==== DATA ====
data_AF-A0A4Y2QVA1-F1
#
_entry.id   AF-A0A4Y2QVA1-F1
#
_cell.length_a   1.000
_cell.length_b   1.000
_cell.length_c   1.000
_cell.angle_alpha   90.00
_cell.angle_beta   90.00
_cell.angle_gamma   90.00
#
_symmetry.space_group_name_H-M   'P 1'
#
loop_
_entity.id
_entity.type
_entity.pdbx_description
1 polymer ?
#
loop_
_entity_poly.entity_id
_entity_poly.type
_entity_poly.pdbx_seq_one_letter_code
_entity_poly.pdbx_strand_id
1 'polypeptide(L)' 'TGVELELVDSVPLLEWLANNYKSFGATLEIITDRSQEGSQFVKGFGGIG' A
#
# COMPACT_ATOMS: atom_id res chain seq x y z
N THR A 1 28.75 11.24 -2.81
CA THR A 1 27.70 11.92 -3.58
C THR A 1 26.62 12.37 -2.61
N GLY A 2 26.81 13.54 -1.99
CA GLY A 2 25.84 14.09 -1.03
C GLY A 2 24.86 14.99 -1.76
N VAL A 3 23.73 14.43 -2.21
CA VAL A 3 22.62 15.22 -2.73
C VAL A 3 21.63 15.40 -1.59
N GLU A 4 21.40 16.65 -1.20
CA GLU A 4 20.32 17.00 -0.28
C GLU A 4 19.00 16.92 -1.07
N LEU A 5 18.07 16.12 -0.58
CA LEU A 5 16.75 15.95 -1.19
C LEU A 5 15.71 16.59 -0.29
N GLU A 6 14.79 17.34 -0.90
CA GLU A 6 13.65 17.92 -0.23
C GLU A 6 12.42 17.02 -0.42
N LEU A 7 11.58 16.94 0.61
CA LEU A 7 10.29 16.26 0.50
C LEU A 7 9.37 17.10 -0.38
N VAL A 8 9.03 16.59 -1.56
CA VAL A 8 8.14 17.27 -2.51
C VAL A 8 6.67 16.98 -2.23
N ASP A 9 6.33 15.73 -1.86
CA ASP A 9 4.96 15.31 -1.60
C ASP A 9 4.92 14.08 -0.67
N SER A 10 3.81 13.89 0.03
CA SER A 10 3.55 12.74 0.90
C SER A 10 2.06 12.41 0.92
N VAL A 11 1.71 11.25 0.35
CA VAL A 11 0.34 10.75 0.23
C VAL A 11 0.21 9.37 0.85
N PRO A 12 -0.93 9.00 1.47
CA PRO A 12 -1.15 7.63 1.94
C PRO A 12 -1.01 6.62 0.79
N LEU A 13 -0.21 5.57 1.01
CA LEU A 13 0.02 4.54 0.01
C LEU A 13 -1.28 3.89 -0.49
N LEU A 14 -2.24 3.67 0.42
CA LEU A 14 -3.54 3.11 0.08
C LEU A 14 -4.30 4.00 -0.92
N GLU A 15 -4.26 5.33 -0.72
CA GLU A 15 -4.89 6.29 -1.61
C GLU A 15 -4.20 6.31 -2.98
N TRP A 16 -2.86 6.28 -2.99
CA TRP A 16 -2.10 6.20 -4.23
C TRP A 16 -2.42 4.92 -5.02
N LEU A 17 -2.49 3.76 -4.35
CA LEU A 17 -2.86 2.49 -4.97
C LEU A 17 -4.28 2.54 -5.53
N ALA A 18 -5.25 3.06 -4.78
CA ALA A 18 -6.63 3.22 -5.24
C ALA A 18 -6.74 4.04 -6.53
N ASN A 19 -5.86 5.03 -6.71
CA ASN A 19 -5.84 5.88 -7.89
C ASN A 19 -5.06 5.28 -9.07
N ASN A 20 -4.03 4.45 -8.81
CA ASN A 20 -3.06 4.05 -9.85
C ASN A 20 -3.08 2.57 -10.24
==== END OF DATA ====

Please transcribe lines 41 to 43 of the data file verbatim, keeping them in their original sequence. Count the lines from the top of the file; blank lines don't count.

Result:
CA LEU A 5 16.75 15.95 -1.19
C LEU A 5 15.71 16.59 -0.29
N GLU A 6 14.79 17.34 -0.90